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India Scraps Plan for a National Cryptocurrency Amidst Confusion

Saad Ullah

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India is in the crypto highlight, once again, with it dropping plans for a national cryptocurrency.

Too Early

The revelation was made by the Hindu Business Line, a local business news portal. The very first day of the new year has not brought good news for digital currencies in the biggest democracy in the world. Reserve Bank of India (RBI), the country’s central bank, had decided to look into the possibility of having central bank digital currency (CBDC) in the spring of 2018. RBI took the step in August, with the formation of a team of professionals from different backgrounds. RBI had claimed that the rising costs of printing the Rupee along with increased use of digital micropayment apps across the country just might have made a digital currency feasible.

The Hindu Business Line quoted an official, who denied to identify himself, saying, “The government doesn’t want the digital currency any more. It thinks it is too early to even think about a digital currency.”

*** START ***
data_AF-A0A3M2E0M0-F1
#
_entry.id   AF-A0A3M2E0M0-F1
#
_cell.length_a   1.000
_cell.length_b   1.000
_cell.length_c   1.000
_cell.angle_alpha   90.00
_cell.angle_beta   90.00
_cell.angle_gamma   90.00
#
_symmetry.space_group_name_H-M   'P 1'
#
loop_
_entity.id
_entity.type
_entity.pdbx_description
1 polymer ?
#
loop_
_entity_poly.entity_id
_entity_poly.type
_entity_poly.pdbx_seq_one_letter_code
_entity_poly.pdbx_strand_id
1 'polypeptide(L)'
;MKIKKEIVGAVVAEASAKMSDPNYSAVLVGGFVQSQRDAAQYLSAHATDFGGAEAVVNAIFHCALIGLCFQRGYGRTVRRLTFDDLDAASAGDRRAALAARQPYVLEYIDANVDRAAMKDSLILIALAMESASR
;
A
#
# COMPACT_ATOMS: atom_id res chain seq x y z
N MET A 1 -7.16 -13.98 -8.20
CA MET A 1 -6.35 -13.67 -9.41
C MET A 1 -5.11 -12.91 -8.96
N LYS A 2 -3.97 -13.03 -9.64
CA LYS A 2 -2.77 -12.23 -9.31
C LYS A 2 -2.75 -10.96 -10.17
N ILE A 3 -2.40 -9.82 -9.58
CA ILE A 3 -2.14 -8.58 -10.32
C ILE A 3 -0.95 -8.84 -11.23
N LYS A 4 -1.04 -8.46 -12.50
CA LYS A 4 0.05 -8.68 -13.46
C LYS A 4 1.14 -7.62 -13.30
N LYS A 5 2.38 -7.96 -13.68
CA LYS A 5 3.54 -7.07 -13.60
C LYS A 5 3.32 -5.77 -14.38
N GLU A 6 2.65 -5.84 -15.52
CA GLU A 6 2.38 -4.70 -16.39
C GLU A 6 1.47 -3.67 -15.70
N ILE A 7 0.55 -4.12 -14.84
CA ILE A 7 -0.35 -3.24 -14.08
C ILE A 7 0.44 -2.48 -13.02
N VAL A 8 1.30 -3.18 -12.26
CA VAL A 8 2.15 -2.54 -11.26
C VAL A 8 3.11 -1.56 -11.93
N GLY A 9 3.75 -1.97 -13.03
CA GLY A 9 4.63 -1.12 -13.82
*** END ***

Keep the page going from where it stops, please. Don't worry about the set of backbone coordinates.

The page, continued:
Crypto Confusion

The Indian government, especially the Reserve Bank of India, has been at a crossroads for the latter part of the last year. Two months ago, the RBI had declared digital cryptocurrencies illegal, ordering the suspension of all trading activity and banning banks from entertaining individuals and organizations with the digital assets.

The local lobby group, the Internet and Mobile Association of India, filed an appeal for the lifting of the ban, claiming that ban was only driving an underground exchange of cryptocurrencies. The illegal trading of cryptocurrencies, the association said, was exactly the opposite of what RBI wanted- a way to stop tax evasion and money laundering.

Later, a high ranking official, Shri Subhash Chandra Garg, the Secretary of Department of Economic Affairs, had said that the government wants blockchain, but not cryptocurrencies.

From swinging wildly in favor of a cryptocurrency, banning non-governmental ones and then dropping plans of its own, the Indian authorities, it seems, are working without a clear vision on what do they actually want.

The latest plan to not pursue CBDC, though gaining support from certain quarters in the local crypto scene. Praveen Kumar, founder of a local cryptocurrency exchange Belfrics, said, “It is premature for RBI to launch crypto-rupee, as more understanding of the crypto economy need to be achieved…It is a right decision to delay the process and see how the publicly traded peer-to-peer economy is shaping up.”

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